Air travelers have learned to submit to random searches. They obediently arrive early, stand in endless lines and leave their nail clippers at home.
They understand that they will not be served a meal or a free drink. They know seating for people not traveling first class is something like the seating for calves intended as veal. They fasten their seat belts and put their seats in the upright position when they take off and land.
As Erma Bombeck once wrote, "The things that airlines concern themselves with are the things that never really happen. How many headlines do you see: `Glass Not Collected by Attendant Before Takeoff Responsible for First-Class Drowning'?"
Add to that "Middle-Aged Woman Who Refuses to Step on Scales Arrested" or "Newlywed Lies About Weight, Takeoff Aborted."
Global biggie size
The Federal Aviation Administration has ordered 24 airlines that operate small planes to collect weight information from passengers. Even the FAA noticed that we have biggie-sized ourselves. The standard they've used for 10 years, allows 180 pounds for adults, including clothing, shoes and carryons. For some reason, they assume we weigh five pounds less in the summer. Kids 12 and under are supposed to weigh 80 pounds all year.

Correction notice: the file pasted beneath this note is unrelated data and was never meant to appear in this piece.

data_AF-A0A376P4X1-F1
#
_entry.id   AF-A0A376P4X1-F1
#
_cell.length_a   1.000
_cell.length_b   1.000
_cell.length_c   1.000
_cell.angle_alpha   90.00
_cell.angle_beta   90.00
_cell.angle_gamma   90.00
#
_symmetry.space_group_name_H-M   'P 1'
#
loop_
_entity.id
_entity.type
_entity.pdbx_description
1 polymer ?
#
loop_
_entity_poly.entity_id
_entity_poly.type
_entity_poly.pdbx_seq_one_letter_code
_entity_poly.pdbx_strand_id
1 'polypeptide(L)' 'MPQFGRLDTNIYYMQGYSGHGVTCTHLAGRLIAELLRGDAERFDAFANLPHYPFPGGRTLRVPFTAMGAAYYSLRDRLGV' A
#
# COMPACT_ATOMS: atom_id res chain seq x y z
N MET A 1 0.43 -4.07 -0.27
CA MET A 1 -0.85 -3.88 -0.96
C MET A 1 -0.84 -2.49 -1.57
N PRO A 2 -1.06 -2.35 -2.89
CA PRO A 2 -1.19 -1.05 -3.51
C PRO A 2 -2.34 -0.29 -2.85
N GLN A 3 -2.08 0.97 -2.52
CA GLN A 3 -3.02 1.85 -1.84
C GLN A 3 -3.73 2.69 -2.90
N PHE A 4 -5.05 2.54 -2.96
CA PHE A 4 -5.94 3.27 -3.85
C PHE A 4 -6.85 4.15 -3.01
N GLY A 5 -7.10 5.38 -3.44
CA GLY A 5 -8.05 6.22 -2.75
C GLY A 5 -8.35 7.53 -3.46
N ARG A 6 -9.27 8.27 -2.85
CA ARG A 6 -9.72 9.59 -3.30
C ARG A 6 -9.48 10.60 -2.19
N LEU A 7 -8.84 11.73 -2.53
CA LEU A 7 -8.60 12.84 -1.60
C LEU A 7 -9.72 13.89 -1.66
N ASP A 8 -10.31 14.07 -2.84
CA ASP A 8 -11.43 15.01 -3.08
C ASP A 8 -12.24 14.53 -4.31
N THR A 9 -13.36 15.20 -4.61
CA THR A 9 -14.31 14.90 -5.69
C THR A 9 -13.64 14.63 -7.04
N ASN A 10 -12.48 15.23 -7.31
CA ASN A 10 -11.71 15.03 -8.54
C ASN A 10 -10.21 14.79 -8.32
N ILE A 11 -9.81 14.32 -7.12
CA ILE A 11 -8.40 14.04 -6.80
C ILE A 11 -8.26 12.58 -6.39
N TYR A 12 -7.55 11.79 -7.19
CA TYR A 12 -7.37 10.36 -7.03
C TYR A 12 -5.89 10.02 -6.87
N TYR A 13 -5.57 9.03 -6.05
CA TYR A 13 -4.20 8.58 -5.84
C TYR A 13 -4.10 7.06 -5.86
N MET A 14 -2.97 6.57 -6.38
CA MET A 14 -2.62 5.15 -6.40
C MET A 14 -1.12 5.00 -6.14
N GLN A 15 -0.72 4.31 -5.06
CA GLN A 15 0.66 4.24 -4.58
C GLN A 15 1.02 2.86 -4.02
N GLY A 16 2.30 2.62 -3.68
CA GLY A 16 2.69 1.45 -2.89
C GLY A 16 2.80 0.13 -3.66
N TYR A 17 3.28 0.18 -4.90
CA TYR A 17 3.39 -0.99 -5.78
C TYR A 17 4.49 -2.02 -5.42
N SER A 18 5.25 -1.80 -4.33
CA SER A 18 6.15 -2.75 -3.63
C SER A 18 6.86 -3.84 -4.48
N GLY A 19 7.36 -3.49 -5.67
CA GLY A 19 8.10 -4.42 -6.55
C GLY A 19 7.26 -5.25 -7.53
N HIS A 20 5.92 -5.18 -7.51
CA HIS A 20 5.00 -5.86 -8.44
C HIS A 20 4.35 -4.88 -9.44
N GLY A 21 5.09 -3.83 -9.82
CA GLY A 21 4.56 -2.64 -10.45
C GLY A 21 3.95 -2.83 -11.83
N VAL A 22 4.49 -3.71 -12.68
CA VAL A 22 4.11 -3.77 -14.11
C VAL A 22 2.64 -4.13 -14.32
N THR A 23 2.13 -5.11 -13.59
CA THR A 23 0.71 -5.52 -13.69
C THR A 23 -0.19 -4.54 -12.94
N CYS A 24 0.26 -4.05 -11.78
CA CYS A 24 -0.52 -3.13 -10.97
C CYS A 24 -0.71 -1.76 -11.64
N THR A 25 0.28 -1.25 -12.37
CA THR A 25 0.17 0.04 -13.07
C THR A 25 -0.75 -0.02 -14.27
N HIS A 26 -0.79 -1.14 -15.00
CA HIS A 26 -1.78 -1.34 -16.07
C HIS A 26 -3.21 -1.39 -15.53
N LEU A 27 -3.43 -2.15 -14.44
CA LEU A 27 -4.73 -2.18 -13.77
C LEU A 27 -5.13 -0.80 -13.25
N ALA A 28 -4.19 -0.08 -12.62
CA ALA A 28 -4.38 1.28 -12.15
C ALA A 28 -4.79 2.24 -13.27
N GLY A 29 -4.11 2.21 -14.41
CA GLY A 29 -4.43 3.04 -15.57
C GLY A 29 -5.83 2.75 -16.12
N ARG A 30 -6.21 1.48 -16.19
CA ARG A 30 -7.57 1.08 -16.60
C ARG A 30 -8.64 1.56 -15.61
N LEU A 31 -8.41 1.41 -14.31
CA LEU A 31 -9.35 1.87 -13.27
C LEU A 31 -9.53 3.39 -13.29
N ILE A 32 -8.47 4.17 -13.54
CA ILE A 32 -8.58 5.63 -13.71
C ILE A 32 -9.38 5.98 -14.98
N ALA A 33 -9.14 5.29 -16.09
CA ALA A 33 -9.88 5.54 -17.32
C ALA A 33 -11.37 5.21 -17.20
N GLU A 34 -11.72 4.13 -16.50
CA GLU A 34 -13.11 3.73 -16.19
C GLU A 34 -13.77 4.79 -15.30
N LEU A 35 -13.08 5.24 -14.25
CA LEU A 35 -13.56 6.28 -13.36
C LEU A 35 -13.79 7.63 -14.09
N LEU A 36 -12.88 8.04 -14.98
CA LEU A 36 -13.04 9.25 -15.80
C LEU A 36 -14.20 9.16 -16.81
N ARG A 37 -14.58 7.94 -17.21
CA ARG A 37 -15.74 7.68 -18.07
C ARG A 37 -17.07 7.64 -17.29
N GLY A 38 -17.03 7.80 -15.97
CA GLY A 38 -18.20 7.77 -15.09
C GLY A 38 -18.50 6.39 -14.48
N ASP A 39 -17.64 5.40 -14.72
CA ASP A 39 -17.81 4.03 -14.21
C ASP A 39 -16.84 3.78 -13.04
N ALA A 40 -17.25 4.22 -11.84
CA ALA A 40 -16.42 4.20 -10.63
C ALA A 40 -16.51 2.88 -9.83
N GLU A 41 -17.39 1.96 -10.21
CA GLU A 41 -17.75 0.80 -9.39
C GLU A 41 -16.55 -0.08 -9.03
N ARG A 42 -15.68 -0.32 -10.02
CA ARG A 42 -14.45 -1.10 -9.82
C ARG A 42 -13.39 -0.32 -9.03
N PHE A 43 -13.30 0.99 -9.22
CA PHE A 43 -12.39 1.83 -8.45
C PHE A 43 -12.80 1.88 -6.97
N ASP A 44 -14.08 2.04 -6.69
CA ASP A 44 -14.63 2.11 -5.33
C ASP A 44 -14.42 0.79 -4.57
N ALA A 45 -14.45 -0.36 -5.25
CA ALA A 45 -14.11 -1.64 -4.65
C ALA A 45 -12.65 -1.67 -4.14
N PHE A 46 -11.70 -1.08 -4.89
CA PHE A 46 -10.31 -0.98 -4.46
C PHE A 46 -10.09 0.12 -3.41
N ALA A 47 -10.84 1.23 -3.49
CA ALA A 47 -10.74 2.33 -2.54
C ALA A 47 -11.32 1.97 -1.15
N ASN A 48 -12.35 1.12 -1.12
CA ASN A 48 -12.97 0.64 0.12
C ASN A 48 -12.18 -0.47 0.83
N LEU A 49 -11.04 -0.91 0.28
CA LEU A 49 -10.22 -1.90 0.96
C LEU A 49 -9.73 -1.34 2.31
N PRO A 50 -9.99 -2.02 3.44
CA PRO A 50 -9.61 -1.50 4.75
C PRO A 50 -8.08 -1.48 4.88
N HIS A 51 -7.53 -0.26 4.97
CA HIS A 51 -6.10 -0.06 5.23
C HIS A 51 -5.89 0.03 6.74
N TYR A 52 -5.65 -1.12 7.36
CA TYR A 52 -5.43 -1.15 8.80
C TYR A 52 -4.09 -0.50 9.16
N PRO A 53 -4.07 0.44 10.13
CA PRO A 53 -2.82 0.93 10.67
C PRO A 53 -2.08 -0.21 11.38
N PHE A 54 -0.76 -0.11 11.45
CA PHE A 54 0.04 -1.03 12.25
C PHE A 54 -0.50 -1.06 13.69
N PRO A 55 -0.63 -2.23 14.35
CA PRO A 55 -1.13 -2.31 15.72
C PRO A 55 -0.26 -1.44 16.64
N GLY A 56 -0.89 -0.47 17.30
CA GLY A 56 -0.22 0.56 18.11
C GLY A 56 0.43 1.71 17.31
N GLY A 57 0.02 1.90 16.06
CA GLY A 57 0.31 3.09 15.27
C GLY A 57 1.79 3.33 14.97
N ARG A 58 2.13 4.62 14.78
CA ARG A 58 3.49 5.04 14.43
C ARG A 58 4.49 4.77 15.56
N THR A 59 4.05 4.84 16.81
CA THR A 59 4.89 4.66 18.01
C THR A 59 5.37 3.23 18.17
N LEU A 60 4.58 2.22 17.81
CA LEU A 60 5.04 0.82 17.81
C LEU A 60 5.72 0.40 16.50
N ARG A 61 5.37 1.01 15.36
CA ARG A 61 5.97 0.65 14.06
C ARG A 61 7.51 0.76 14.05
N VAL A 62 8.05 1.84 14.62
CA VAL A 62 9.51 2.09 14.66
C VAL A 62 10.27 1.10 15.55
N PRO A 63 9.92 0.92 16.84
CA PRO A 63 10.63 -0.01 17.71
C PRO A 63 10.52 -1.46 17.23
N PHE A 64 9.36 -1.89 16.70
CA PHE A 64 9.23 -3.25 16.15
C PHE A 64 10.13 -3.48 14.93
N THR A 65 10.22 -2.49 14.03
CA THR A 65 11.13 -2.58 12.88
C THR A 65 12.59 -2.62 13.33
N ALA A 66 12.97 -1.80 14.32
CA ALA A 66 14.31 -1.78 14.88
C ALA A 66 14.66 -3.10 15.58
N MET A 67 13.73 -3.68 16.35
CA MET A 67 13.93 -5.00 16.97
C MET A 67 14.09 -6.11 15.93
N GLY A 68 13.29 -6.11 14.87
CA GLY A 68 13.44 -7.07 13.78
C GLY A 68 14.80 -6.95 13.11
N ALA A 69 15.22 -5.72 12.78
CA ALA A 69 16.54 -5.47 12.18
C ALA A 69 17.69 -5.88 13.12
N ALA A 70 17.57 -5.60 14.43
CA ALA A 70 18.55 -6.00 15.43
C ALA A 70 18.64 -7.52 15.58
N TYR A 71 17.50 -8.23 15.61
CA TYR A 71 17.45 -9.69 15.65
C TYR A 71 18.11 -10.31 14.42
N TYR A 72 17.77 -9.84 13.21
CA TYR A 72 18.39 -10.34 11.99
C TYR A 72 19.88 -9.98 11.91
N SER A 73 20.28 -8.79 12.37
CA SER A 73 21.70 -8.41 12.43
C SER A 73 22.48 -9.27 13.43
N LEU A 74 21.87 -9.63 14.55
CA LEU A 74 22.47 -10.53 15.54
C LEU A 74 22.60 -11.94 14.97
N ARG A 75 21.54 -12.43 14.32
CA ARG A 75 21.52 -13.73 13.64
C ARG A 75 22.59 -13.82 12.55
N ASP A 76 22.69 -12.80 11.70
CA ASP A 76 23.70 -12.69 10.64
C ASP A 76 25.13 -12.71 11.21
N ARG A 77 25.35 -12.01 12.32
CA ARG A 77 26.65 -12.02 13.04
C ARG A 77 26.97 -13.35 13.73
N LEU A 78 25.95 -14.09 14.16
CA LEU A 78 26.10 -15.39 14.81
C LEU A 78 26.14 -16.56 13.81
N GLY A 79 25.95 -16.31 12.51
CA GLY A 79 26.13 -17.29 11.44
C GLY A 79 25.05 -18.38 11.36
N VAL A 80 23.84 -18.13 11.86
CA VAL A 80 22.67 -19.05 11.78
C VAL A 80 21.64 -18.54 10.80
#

The last time I flew, the kid next to me heaved a bag the size of a Volkswagen into the overhead compartment. And the kid was a little chunky, too. This is not unusual, as you may have observed on a hot day at Kings Island. Or even strictly American.
The World Health Organization's International Obesity Task Force estimates that 300 million kids and adults worldwide are obese and 750 million more are overweight.
So, it would not be unusual for some of them to travel by air. And I suppose it will be illegal or just not nice to profile fat people. (At least, that's what I'm hoping.) Right now, the plan is for airlines flying planes with fewer than 20 seats to weigh passengers and bags over the next month.
This is in response to a crash of a small plane when excess weight may have been a factor.
Here, only Midwest Express flies small enough planes to be monitored. But that doesn't mean we won't find ourselves in some other airport some day, trying to make connections and facing a public weigh-in.
This could be the rule that makes us snap. We will talk about our sex lives to Dr. Phil. We will tell Oprah about our addictions and Judge Judy about our finances. We don't tell anybody our weight. At least not honestly.
But this is serious. The FAA is saying that it matters if we fib. What if we weigh in, then eat a couple of Big Macs and stuff a magnum of "duty free" alcohol in our carry-on bag?
And pity the poor ticket agents. Kids probably won't mind, but wait until adults are ordered aboard a scale. This will not be pretty. Or polite.
There is a solution.
Airline personnel can simply collect every passenger's driver's license, total the weight they admit to, then add 25 percent.
E-mail email@example.com or phone 768-8393.
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